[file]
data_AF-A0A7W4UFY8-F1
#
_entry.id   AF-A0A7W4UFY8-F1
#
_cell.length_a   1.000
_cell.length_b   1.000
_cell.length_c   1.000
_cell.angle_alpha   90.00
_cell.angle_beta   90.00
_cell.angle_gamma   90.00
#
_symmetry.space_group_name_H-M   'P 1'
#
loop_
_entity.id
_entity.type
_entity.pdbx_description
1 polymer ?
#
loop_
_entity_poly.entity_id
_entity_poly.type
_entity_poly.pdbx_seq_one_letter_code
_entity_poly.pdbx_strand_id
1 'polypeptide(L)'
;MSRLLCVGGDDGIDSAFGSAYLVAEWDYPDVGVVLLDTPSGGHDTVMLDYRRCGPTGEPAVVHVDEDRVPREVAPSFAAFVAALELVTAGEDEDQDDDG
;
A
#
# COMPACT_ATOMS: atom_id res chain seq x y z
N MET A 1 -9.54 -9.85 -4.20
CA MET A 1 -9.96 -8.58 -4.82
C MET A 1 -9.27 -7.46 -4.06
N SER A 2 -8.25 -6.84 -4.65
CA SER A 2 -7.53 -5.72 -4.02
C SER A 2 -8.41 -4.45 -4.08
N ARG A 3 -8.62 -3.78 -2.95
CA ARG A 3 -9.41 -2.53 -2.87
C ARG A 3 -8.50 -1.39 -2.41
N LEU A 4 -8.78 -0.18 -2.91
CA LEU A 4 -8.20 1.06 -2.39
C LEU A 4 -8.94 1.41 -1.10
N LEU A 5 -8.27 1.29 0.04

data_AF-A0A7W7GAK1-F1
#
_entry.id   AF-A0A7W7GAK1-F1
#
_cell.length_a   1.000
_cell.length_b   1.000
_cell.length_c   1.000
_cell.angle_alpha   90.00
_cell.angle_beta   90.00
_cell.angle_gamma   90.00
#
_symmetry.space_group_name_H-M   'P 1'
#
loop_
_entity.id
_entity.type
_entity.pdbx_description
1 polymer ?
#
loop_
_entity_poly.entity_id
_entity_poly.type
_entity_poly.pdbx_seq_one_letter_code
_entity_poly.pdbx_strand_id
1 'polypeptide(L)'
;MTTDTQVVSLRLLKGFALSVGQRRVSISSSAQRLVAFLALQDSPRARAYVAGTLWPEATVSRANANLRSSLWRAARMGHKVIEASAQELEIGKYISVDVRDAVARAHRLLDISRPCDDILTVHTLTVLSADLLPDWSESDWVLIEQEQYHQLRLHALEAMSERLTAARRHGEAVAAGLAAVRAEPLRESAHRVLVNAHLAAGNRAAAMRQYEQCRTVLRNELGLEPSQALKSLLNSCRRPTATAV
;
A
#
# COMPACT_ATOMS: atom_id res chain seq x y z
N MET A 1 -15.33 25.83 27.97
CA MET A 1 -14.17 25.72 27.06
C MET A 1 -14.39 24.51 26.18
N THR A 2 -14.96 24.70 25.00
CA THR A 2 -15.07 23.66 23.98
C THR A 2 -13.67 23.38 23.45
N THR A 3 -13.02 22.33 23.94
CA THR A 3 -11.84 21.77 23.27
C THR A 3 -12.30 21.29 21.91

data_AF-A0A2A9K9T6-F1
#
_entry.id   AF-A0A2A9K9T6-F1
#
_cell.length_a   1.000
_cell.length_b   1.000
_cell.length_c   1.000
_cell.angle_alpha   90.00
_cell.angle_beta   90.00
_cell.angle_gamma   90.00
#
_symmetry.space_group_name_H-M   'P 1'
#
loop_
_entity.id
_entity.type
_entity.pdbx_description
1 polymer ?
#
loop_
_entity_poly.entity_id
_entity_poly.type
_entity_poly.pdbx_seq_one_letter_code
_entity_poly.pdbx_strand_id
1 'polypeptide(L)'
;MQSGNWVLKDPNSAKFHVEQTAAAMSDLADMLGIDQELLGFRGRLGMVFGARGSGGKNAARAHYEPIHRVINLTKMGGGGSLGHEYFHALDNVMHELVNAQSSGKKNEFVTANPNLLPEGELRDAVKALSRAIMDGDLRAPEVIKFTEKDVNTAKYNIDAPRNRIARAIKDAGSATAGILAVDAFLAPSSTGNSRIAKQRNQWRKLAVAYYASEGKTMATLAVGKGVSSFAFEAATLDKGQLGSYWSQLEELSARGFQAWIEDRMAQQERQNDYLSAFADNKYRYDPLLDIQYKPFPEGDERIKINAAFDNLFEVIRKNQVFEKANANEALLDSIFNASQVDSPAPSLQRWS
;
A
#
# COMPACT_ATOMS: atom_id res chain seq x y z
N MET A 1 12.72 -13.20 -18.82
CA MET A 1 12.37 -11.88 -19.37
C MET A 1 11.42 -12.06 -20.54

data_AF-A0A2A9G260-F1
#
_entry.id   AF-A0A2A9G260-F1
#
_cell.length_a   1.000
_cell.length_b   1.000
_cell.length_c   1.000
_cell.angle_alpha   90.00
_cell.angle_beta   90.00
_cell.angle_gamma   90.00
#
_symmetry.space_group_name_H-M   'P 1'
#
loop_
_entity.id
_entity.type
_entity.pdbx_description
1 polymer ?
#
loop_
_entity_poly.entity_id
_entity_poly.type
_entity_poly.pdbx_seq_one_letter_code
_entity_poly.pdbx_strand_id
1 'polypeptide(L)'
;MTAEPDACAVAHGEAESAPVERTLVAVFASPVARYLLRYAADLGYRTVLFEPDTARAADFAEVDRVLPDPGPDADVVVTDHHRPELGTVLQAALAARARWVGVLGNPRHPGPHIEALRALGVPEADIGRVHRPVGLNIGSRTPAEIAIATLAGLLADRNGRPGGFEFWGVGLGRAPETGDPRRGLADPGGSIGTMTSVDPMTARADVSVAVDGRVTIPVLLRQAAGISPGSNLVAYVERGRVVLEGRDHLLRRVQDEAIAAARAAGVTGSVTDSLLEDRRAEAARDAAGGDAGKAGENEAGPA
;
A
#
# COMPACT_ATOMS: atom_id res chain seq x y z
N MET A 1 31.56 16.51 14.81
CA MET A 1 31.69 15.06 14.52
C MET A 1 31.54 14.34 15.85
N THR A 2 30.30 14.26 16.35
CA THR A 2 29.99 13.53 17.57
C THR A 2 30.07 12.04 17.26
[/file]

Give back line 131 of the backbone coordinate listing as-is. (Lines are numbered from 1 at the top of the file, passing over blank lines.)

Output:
_entity.type